World Cup 2015 : An Analysis of England, Bangladesh and UAE squads

An analytical review on England, Bangladesh and UAE’s squads ahead of the 2015 World Cup. World-Cup-collage World Cup collage
Analysing the World Cup Teams.

Expectations are the progeny of perceptions and more so in sports; in profiling two full-time members and one associate member, first we are looking at a team – of a nation that gave the world this beautiful sport but have nothing to show for except three second place trophies.

Then we move onto Bangladesh – a subcontinental minnow with high talent and low application. Bangladesh have been flattering to deceive since their ICC Trophy triumph in Malaysia in ’97. In a sport that is played by a handful of nations, everyone remembers who lost. Losses is something this team is pretty familiar with.

Many other teams have had an aberrant past before they steadied their boat – Bangladesh always make it look like consistency is just around the corner – but with a circular path corners are hard to come by. Meanwhile, as associate members are sending messages to ICC – UAE seem to be having the best courier service.

All Her Majesty’s Men

A stiff upper lip has helped her majesty’s kingdom survive and digest when it comes to Cricket. One could see Jeeves’ eyebrow raise itself more than once this time around though.They are not whispering in aisles anymore, they are shouting in the pubs. Giving Eoin Morgan the full-time captaincy was a bold and uncharacteristic move. Alistair Cook was looking more like a .32 Smith & Wesson in a battle of Uzis.

Along with Alex Hales and Ian Bell, Morgan will make an exciting batting line-up – taking nothing away from the likes of Moeen Ali, Joe Root and Ravi Bopara.

Yes, none of them are in prime batting form and even as a team England haven’t been showing assuring results coming to Australia for the preparatory series – but in the brief time they have been here, they do look very impressive.

In the past, Ashes have dampened their morale coming into World Cups, which is not happening this time. The bowling is top class and in as good a form as it can be with Anderson, Broad, Finn and Ali. Their combination is what England need to have a ponder about – who among the fringe can put their hand up for 40 runs and a wicket or two is a question Morgan and his men have to find an answer to.

The format does provide teams with a little latitude in terms of getting their combinations right and England ideally should hit it with their first match. Stuart Broad has talked about this being an exciting time to watch English Cricket and also the level of ‘a stinker’ it would have to be for England to not make it to the quarter finals. Never before has an English bowler been so right and so bold at the same time.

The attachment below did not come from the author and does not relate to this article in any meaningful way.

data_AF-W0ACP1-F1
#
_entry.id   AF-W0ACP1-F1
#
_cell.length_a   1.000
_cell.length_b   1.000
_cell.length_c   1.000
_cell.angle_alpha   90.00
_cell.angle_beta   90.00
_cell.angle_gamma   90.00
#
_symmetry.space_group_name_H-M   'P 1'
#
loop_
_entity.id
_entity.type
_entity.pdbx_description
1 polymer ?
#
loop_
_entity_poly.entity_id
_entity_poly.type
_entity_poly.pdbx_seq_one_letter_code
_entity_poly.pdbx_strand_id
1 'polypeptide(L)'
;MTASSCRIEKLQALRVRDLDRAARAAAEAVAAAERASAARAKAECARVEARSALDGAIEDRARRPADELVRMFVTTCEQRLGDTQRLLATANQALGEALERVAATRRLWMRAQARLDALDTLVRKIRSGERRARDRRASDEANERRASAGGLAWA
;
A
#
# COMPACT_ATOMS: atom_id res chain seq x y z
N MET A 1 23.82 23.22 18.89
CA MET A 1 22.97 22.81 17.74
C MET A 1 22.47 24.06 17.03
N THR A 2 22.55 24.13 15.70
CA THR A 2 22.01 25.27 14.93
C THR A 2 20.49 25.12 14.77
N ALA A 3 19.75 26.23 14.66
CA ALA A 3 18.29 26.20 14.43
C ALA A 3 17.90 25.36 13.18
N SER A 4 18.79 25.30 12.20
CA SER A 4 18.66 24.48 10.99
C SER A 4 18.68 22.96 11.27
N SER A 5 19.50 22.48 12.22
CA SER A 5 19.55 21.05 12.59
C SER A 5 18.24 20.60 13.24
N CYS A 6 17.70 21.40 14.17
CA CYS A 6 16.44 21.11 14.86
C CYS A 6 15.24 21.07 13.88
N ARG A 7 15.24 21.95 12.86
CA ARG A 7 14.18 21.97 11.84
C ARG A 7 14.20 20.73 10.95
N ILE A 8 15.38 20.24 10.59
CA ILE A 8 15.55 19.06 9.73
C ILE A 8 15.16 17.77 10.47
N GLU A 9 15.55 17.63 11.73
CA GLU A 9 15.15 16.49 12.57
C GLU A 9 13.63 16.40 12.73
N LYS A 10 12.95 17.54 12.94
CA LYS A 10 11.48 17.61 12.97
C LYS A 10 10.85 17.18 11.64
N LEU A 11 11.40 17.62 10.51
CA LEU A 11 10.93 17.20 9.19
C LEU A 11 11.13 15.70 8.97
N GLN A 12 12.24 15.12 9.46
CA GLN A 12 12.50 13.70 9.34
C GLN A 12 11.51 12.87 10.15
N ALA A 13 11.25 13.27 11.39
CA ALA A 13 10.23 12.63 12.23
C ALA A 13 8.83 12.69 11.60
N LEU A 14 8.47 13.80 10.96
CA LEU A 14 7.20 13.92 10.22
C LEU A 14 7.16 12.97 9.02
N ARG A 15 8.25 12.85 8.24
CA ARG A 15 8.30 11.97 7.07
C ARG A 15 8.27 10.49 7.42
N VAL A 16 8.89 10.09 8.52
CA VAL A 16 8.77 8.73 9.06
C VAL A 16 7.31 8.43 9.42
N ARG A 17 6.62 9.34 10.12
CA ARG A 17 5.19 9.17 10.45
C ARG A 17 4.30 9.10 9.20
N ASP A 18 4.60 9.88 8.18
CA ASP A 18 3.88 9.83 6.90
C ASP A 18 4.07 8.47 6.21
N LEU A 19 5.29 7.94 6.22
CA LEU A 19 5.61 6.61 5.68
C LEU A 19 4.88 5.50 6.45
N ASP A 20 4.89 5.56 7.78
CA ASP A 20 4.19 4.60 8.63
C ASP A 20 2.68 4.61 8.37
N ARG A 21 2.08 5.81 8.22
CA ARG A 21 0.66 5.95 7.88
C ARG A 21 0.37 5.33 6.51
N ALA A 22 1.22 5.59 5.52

Squad: Eoin Morgan, Moeen Ali, James Anderson, Gary Balance, Ian Bell, Ravi Bopara, Stuart Broad, Jos Buttler, Steven Finn, Alex Hales, Chris Jordan, Joe Root, James Taylor,
James Tredwell, Chris Woakes

The oldest newcomers

Rubel Hossain may prove to be Bangladesh’s trumpcard (getty images)

’99 was a charm, ’03 was a drab, ’07 was again a charm and ’11 was yet again a drab – predictions anyone? A team that has a record of losing most matches in a streak, Bangladesh will ride on hope of an upset or two. The team does have a decent blend of experience and youth.

A lot of their players are a part of the IPL and have garnered wealth of exposure there. Mushfiqur without the burden of captaincy can focus on contributing with gloves on – both in front and behind. Shakib, Tamim and a bunch of youngsters means that Bangladesh can bat deep with a bit of application.

Sarkar promises to be the all-rounder any team desires and with the exuberance that they possess, everyone in the team should really look to rally around the experience of Mortaza. With only two pools, all sides will have a good number of matches to get their momentums and points and if Bangladesh do manage to play their cards really expertly, they could be looking at a quarter final berth.

Squad: Mashrafe Mortaza (capt), Shakib Al Hasan (vice-capt), Tamim Iqbal, Anamul Haque, Mominul Haque, Mahmudullah Riaz, Mushfiqur Rahim (wk), Nasir Hossain, Taijul Islam, Taskin Ahmed, Al-Amin Hossain, Rubel Hossain, Soumya Sarkar, Sabbir Rahman, Arafat Sunny

The associate nations, leaving every other typical problem aside, have a task of coming out from the moonlight – for most of the players, playing cricket is a secondary choice – a forced one mind you. UAE is no different. Even their leader was a moonlighting Emirati. This they have overcome for the world cup by naming Tauqir as the captain.

Whilst doing this, they haven’t let go of Khurram and rightly so. UAE too, have been punching above their weight and a string of very good results in the last year should raise their expectations.

They are competing in a World Cup after almost twenty years and they would be relishing at the prospects of rubbing shoulders with the giants – eventually hoping to bruise a couple even. They are a part of a pool that looks very ominous on paper, but UAE should ideally give Zimbabwe and Ireland a run for their money. UAE could even trouble some of their more famous pool members given their opponents’ romance with hara-kiri.

Squad: Mohammed Tauqir (capt), Khurram Khan (vice-capt), Swapnil Patil, Saqlain Haider, Amjad Javed, Shaiman Anwar, Amjad Ali, Nasir Aziz, Rohan Mustafa, Manjula Guruge, Andri Berenger, Fahad Al Hashmi, Muhammad Naveed, Kamran Shahzad, Krishna Karate

Looking at the recent Gayle-storm, ducking for cover when ABD was throwing his hat and a few kitchen sinks, when Finn and Starc made their mark, the defending champions clearly in haze, a clinical Anderson, a charging McCullum, and a nostalgic Afridi and Misbah – things seem to be coalescing towards a brilliant tournament.